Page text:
Thursday, May 24, 2012
Square Foot Gardening 2012
I've written about how much I love Square Foot Gardening (SFG) before (that was my very first post). That post includes a brief description of SFG and lists all of the veggies and flowers we grew in only 36 square feet of garden last year.
Square Foot Gardening is a method developed by Mel Bartholomew that involves planting your garden in a raised bed filled with special soil and divided into square feet by a visible grid. Each square foot is planted with a different type of plant and the number of plants that fit into each square foot is determined by the size of the plants. SFGs are small, intensive and highly efficient.
This year we decided to expand and add two more boxes. We spent the whole weekend shopping for materials, building the boxes, mixing the soil, assembling the vertical frames and planting all of our our square footage. We had two 4'x4' boxes and one 2'x2' box from last year, and this year we added one 2'x8' box and another 4'x4'.
Of course there are lots of different methods for gardening, but we've found SFG to be easy, fun and so rewarding. My favorite things about Square Foot Gardening are:
The time commitment. Initially, it is a lot of work to build the boxes and mix the soil, but after that initial time investment, I spend very little time gardening. I water the garden, which is compact and close to the house, admire my lovely vegetables, harvest our nightly salad and any other veggies we're planning to eat and pull out the occasional weed that has popped up. We opted out of our community garden plot this year because it was too time consuming (and back breaking) to till the soil, add soil amendments, plant rows of vegetables, weed (so many weeds!) and water every night.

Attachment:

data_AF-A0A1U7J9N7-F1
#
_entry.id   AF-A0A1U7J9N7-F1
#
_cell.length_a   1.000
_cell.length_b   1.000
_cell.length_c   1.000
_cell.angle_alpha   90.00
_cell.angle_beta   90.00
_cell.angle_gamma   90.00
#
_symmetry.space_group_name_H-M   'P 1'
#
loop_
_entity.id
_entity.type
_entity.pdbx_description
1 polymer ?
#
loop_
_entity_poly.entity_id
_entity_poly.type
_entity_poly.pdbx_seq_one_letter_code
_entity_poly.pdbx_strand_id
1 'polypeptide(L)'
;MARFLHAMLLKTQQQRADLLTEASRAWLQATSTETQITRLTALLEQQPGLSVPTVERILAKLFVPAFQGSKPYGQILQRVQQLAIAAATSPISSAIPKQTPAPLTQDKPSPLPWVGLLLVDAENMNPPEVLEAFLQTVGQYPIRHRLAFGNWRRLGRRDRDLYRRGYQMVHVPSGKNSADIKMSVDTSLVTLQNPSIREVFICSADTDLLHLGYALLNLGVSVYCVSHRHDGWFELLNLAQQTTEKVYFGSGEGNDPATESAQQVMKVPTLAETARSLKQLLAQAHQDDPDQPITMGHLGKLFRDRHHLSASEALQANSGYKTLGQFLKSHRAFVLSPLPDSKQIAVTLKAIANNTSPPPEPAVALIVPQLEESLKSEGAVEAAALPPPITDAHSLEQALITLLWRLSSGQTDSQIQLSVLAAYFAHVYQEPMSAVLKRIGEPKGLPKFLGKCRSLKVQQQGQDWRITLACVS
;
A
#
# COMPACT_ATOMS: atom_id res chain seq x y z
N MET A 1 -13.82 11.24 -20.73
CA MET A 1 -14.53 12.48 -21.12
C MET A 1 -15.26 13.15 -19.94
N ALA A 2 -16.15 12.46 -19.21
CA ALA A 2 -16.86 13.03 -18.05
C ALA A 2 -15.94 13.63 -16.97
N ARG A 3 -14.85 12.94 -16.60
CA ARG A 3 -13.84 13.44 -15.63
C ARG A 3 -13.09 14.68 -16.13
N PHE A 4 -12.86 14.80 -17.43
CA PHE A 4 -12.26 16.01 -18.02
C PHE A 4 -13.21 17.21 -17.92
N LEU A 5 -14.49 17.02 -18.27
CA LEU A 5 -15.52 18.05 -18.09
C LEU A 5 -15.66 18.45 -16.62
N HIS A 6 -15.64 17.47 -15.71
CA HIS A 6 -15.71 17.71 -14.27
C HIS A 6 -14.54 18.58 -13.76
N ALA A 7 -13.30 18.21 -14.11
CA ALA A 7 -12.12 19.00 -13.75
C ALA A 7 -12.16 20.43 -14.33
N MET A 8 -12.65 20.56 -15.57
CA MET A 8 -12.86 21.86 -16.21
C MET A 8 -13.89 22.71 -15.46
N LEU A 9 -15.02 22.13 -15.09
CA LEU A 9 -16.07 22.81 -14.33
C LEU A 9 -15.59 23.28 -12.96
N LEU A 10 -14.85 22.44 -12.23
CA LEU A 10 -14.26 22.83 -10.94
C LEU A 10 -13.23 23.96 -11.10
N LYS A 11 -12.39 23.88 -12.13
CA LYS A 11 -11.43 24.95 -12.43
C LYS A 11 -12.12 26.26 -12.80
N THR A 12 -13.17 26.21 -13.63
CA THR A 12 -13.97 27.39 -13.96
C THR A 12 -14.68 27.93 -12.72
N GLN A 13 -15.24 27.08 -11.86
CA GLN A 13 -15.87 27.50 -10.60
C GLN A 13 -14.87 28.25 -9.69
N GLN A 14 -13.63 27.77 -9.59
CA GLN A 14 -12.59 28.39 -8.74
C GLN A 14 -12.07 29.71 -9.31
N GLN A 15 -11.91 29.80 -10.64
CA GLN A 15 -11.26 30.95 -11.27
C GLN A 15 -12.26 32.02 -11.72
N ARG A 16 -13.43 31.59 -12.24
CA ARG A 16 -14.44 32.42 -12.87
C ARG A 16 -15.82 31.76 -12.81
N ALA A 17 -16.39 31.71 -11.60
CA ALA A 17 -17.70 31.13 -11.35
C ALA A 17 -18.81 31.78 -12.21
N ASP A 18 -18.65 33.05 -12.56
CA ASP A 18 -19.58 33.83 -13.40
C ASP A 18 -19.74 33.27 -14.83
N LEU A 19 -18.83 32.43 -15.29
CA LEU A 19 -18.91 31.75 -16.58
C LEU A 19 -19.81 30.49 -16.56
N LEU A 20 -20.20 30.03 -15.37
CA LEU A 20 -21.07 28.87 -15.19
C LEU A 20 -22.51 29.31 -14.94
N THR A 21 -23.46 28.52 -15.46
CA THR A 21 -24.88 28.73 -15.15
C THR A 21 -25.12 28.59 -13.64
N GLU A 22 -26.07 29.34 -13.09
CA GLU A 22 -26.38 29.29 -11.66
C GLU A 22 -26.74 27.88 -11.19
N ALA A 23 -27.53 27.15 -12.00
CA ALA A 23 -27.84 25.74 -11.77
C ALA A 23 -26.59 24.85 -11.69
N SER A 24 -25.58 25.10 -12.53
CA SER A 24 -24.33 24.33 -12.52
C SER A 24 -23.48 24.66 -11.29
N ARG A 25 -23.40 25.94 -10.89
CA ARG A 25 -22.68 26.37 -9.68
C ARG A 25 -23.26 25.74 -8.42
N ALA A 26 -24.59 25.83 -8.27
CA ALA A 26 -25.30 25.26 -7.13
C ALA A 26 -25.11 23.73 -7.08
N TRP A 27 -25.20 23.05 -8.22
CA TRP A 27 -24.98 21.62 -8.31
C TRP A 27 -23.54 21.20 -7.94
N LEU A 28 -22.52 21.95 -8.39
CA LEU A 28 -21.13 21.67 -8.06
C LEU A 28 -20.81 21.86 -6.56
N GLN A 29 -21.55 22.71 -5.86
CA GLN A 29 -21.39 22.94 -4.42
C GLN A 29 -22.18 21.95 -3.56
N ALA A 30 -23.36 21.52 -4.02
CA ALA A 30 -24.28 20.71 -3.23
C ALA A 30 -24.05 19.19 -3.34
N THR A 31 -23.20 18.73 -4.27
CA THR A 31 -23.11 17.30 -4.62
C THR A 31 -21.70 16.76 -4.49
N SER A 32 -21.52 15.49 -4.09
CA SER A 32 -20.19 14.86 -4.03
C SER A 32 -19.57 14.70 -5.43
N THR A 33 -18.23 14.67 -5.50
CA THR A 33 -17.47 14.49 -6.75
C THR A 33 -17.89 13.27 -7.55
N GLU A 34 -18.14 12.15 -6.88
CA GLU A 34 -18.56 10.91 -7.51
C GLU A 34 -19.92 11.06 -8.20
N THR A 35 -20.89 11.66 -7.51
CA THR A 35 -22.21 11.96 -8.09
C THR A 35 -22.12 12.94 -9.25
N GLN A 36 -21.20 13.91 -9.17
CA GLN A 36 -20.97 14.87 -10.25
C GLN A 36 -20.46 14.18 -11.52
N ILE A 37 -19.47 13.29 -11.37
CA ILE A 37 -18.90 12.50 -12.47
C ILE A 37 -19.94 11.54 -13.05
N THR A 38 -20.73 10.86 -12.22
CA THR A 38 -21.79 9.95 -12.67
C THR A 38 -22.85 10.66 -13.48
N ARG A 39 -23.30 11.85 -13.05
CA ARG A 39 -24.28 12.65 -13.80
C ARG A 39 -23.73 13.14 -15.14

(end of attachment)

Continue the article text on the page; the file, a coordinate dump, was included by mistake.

The yield. Each square foot produces a bountiful harvest, and you can really pack so much into just a 4'x4' box. The vegetables are not only plentiful, but they taste amazing because they are organically grown in nutrient rich soil.
The soil. So light and airy, and it sparkles in the sunlight from the vermiculite. As pretty as soil can be, this stuff really is beautiful. It is a mixture of 1/3 peat moss, 1/3 vermiculite, and 1/3 compost. After years of gardening in the hard, rocky clay soils in New Mexico, this soil is a dream. Not only that, but once you mix it, you don't need to add any additional amendments, and it is organic and natural.
The lack of weeds. If you so much as spill a drop of water in New Mexico, a weed will pop up. We had so much trouble keeping the weeds down when we gardened in the typical way. At the community garden, weeding was a nightly task. In the SFG, you only have to worry about the occasional weed seed that blows in, and it is easily identifiable because it is outside of the grid.
The water efficiency. This is especially important to me because we can grow more vegetables with less water than we were using at the community garden. Water is expensive in Santa Fe (and scarce!), and I like the idea of reducing the amount needed for the garden. I've found that the soil holds moisture very well, and last year, we often went out of town for the weekend without worrying about the plants drying up.
Last year, I read Mel's entire book in one weekend at the cabin and came home totally enthused to start our SFG. I was pretty adamant about following Mel's instructions exactly, and Andrew joked that I had joined a cult that I read about in a book I bought at Home Depot.
Mel lays everything out really well in his book including instructions for planning how many square feet you will need and shopping lists for materials. His book is obviously the starting point for planning your own SFG. They should have it at your local library and they sell it at hardware stores.
My plan is to write a few posts over the next week or so about how to set up your SFG and build the boxes, mix the soil and assemble the vertical frames. I also paid close attention to the costs involved this year so I can report on that too.